If there was a theme to “Budget Day” in the Louisiana House, it could be summed up by Thursday’s oft-heard refrain, “If we don’t do it, the Senate’s going to do it.”
There wasn’t a lot House members could do to alter the allocations, until they got to the Department of Education section. Because House Appropriations had forwarded the budget bill, HB 1, to the full House before the Senate Education Committee rejected the MFP, House members now had $70-million to play with.
Meet The Neighbors introduces you to some of the remarkable people who live and work in the Baton Rouge area. Do you know someone we should meet? E-mail us at email@example.com and keep up with Meet The Neighbors, follow us on Tumblr.
In a cozy little duplex in Beauregard Town, Tess Brunet runs a neighborhood record store.
The Houma native opened the store with her partner Patrick -- he’s from Maine. And he’s the one who came up with the name, Lagniappe Records.
“He was so enamored by South Louisiana and New Orleans and he’s discovering all these things about this region and you know Lagniappe is you know it’s normal to me I know what that is, people anywhere else besides here they see that word and they’re like ‘how do you say that?" she jokes. "He fell in love with this area.”
After touring the country as a musician, Brunet landed in New Orleans, but she kept being drawn back to Baton Rouge.
With less than a month left in the session, the full Senate spent most of Tuesday afternoon digging through a mountain of House bills awaiting final passage. More than 120 House bills were on the Senate’s to-do list, and the upper chamber managed to complete the legislative process on about half of those.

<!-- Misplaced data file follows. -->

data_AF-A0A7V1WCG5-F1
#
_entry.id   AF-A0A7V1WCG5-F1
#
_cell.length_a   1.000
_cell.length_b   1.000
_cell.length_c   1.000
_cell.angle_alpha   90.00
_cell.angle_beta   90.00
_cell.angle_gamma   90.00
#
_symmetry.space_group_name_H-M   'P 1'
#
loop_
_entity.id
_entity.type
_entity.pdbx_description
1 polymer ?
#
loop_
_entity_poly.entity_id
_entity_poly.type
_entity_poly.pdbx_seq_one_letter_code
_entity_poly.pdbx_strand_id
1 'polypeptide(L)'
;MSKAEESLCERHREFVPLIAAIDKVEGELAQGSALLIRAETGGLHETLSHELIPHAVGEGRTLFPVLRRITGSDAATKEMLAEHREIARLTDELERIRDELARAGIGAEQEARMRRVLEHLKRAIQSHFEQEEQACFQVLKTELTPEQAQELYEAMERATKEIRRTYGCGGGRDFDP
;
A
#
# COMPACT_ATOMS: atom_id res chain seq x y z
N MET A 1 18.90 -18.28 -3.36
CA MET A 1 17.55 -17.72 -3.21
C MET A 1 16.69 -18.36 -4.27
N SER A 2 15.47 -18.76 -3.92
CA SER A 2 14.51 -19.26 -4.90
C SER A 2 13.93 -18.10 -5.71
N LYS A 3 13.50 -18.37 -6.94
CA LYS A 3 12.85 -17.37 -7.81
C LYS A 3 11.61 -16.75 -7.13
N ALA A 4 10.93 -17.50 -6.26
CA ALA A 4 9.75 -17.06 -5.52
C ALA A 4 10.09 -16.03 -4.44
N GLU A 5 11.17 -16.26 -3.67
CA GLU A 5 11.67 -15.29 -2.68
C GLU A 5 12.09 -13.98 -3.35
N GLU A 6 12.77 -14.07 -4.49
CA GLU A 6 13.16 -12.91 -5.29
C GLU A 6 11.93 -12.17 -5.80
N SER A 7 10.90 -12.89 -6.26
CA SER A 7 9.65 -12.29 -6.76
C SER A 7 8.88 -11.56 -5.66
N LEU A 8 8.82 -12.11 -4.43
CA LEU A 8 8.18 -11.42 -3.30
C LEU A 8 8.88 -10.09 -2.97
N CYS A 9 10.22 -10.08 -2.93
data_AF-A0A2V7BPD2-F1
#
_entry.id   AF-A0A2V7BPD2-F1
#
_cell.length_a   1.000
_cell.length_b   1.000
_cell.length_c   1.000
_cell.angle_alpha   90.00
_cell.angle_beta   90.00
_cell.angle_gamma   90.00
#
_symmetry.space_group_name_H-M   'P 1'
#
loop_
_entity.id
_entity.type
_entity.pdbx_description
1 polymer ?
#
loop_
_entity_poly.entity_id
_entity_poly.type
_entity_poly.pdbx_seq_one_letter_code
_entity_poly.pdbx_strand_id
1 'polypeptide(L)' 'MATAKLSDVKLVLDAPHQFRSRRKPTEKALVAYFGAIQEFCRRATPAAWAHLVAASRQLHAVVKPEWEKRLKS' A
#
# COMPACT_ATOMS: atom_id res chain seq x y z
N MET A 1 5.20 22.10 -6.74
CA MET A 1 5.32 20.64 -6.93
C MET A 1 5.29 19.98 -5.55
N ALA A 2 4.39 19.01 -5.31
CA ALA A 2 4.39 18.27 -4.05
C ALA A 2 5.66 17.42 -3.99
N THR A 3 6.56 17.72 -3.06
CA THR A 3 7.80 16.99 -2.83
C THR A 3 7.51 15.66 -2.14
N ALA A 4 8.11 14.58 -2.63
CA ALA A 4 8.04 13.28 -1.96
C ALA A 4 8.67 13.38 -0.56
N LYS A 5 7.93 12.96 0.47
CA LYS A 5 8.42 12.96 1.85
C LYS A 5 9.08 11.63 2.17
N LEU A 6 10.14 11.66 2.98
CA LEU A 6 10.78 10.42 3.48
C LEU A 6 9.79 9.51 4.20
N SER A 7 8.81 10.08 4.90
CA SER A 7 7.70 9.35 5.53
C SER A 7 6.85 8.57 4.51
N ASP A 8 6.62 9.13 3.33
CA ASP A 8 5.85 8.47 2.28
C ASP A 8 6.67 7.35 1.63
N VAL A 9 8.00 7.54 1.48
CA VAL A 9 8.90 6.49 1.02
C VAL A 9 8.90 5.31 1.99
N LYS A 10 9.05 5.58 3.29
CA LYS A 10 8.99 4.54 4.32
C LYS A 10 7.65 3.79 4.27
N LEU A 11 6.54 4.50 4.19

Louisiana got some bad news from the federal Center for Medicaid Services (CMS) late last Friday. CMS says “no deal” on six of the LSU hospital public-private partnerships.
“I don’t know what their issue is, but it appears that the basis for the denial is related to the means of financing—specifically as it relates to the advance lease payments,” Commissioner of Administration Kristy Nichols told the House Appropriations committee Monday.
If you can’t get lethal injection drugs, how do you impose the death penalty?
"We have the death sentence. Whether some of you agree with that or disagree with it, that's what we have,” said House Criminal Justice committee chairman Joe Lopinto. “If we're going to have that we need to be able, as a state, to follow through with that order."
A couple of high-profile bills were on the Louisiana legislature's docket in the past week, both were dashed. A proposal to allow for medical marijuana was rejected and the possibility for the return of the electric chair was commuted to a more palatable proposal for shielding suppliers of lethal injection drugs.
The Senate Education Committee took testimony on the MFP Thursday, and ended up rejecting the formula for funding public schools.
The formula included $150-million in new spending: for a growing number of students, for career education and for kids with special needs. On a conference call following the committee meeting, state Superintendent John White said he’s not worried about students losing out, despite the formula being turned away. That’s because House Appropriations already added the extra money to HB 1, the next state budget.
Louisiana’s legislature approved medical marijuana for certain diseases in 1991. Twenty-three years later, a bill that would finally set up a prescription system for dispensing the drug was heard in Senate Health and Welfare Wednesday.